Just a reminder of the rules here. I am going to attempt to pick four cards from the new set that will see Standard play. This is framed like the traditional halftime basketball challenge where some wide-eyed fan gets to go on the court and try to win a lot of money (see cover photo).
With applications in almost every format, this is really the card that everyone is talking about. This card seems ridiculous at several different angles. It’s not only an efficient pseudo-creature land that slots into most decks, but it also works well with fetchlands in older formats. This card strictly on power level for for midrange or control decks in Standard has the ability to end the game after a few inconsequential hits.
Additionally, by having an activated ability of generic mana, it is going to be an exciting prospect for any deck that can put lands into its graveyard to tango with. The card’s potential is only increased by its ability to slot into many different decks. In older formats, like Modern and Legacy, the fact is that this card will not only have a major impact in being able to interact with opponents early, but also be able to play a game when both players have efficiently dealt with each other’s hands makes it a very appealing options. Creature lands are great in older formats, and this one tends to line up well with them, making it a good choice in a creature land-heavy metagame. Everybody knows that Hostile Desert is likely the safest card in the set to see a huge amount of play.
Cards like Earthshaker Khenra are always very safe in predictions like these. At least during week one of the new Standard, there is always a red aggressive deck that pops up to capitalize on unrefined decks and inexperienced players.. This card is very close in power level to Abbot of Keral Keep, if not better. With the addition of the Eternalize keyword, this card gives mono-red decks an out to mana-flood after they run out of gas early.
Khenra seems fantastic in that it also isn’t as mana greedy as a card like Ash Zealot, so it can be splashed, opening up doors to multi-colored aggro decks. If people are looking to add a second color into a very aggressive standard archetype where this card can be included, and I hope it will be. Khenra seems like a big upgrade to Bloodrage Brawler which was primarily being played in these slots in the previous Standard red aggro decks that saw little to no play. Earthshaker Khenra can also put in work with cards that don’t have haste on turn two. One Drop, Bloodrage Brawler, Earthshaker Khenra is a swing for seven damage on turn three that includes a falter effect. This card seems very powerful and is going to do exactly what you’d expect. I would expect this free throw to go in.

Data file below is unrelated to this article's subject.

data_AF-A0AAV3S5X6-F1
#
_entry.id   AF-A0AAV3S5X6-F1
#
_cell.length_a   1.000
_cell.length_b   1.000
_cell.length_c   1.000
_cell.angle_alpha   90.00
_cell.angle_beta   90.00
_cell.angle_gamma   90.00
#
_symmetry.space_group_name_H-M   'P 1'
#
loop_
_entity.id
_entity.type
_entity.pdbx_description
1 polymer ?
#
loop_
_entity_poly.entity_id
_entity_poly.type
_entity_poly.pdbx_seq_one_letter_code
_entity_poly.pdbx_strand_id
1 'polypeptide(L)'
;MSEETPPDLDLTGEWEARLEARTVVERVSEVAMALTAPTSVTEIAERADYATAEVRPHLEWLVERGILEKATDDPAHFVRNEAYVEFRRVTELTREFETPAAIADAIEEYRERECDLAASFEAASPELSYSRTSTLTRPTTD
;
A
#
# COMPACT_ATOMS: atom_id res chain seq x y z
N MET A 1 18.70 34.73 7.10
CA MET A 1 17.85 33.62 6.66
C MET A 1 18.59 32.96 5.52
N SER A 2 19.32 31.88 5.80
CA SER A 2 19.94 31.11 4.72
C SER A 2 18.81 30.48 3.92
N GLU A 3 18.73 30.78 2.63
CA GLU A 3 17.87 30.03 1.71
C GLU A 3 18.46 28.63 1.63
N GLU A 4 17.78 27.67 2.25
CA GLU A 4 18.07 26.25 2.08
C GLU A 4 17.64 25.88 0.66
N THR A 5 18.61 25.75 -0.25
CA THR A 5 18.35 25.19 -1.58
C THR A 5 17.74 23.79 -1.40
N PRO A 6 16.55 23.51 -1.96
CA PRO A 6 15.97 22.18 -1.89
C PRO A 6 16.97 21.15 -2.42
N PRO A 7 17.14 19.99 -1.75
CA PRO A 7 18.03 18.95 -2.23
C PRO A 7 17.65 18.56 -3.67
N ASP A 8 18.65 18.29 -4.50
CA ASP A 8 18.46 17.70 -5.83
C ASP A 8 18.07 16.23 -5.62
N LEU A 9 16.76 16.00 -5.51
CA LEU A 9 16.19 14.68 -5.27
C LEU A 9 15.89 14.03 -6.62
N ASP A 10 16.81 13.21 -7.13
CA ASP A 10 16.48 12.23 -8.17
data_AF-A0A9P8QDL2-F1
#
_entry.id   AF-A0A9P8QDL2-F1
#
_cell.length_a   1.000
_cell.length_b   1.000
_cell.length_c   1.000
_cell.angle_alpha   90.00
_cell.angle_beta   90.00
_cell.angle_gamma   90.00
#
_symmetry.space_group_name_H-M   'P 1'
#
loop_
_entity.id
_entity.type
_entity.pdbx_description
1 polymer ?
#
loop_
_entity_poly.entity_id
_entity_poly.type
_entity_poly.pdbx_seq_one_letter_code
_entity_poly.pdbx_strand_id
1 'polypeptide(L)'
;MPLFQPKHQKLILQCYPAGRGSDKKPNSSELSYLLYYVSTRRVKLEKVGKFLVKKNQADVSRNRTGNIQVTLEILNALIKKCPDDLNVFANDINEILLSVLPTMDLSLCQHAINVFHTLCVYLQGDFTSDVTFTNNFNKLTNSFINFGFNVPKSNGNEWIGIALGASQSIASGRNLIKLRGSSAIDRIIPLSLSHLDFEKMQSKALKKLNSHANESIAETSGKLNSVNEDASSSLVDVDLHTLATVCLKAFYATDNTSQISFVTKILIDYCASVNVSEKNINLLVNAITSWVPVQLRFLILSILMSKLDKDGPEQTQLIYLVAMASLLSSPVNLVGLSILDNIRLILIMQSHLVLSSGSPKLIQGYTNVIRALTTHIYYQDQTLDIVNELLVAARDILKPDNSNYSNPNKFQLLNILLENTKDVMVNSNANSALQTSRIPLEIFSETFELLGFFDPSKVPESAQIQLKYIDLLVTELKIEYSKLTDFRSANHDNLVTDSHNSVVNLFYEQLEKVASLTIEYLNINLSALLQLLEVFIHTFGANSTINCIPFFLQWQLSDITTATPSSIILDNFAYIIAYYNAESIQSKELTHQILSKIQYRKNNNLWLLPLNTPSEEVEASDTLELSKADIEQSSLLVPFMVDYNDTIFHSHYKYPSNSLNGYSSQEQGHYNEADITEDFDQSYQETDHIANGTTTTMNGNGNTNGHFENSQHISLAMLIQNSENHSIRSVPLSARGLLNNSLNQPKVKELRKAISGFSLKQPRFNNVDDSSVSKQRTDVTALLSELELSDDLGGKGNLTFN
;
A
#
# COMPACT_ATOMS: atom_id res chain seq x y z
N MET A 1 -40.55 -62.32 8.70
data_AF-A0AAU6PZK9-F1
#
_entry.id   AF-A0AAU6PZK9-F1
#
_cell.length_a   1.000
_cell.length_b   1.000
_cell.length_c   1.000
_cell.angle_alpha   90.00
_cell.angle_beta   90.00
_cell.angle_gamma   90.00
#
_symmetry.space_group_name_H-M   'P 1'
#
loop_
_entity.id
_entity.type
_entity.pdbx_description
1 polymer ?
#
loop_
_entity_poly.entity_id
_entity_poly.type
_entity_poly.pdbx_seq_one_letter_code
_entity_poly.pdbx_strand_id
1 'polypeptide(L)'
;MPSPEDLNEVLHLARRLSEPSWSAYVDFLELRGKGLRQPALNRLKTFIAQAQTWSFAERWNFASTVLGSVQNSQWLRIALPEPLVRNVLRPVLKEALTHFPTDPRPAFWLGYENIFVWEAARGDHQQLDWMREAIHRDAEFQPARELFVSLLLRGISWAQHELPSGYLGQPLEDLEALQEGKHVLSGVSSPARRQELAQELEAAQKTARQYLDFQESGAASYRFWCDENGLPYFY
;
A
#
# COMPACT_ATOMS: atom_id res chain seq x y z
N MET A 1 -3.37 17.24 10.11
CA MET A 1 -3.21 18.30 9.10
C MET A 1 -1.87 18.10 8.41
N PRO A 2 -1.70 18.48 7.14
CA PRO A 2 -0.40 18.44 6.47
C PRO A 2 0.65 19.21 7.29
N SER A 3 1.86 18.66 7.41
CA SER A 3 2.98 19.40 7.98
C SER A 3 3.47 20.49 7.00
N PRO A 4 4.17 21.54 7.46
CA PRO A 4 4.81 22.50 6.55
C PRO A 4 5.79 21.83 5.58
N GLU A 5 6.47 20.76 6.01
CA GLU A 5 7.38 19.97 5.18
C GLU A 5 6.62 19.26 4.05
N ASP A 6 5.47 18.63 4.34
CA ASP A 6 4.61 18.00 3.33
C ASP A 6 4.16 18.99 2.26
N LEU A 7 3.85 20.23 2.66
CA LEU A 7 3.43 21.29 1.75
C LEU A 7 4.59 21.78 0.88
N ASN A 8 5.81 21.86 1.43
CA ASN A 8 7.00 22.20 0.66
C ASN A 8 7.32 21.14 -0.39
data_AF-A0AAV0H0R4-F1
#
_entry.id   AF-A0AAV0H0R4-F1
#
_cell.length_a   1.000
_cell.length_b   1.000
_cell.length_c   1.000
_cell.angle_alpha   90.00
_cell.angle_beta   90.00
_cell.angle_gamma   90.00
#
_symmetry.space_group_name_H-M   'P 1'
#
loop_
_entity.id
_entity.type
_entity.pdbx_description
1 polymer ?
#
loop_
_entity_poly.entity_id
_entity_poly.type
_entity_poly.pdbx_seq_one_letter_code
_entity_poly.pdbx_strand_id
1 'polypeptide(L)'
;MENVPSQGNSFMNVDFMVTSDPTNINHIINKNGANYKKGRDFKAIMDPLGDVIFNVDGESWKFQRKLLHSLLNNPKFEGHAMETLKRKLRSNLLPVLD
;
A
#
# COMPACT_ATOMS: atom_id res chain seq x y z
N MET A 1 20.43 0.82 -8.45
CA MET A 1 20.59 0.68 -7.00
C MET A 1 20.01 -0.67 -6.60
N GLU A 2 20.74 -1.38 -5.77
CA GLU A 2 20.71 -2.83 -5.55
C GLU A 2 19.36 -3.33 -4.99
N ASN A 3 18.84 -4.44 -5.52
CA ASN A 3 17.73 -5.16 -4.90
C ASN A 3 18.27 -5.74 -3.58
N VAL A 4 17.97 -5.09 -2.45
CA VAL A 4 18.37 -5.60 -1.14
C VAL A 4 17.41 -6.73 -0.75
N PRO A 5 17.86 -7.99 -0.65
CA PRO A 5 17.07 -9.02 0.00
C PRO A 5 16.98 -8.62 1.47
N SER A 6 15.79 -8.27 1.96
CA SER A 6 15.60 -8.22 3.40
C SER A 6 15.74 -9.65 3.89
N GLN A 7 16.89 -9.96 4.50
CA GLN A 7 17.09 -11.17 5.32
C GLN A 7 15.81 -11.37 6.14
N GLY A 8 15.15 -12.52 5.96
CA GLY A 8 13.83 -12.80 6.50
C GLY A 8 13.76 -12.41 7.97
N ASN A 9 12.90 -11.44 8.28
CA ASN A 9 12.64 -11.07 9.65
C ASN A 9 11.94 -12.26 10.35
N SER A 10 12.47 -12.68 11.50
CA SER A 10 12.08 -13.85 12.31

As many will be quick to point out, this card’s cost, especially on turn two or three, can be detrimental to a green Standard deck’s chance of winning. However, I simply feel that the card is powerful enough to surmount this obstacle. While you may not be able to play a three drop on turn three when casting this card on turn two, the fact is that a 5/4 token is great value and can absolutely hold down the fort.
Additionally, the drawback is less severe than it might appear. You can still cast a one drop on turn three if you cast this on turn 2, meaning that what this really is going to be at worst is a 4 mana 5/4 that you pay over 2 turns, which is much better value than other other way of looking at it, which is a 5/4 for 2 mana that lets your opponent cast a free Time Walk. Past the early game, when this card is still quite good, and it only gets better. The card simply presents options and I am insanely happy about the prospects of this card bringing non-counter based green aggro decks into Standard. I really like cards that attempt to cheat the rules and this is a great example.
I’m officially calling that this card is going to be the sweet sideboard tech for Energy Control decks in Standard to defend against new red-based aggro decks that are likely to be popping up after the release of Hour of Devastation. River Hoopoe is sweet and I’m excited because even though it may seem slow, a control deck will simply be able to leave up mana and active on end step or force red players to hold their burn in their hand. The obvious comparison is Fathom Feeder, but River Hoopoe is a more exciting option, as the life gained will almost always be more relevant than a card milled. Additionally, this card’s color combinations and evasion makes it a much more viable option for Standard.
That’s all folks! Hope I hit that half-court shot and made money!
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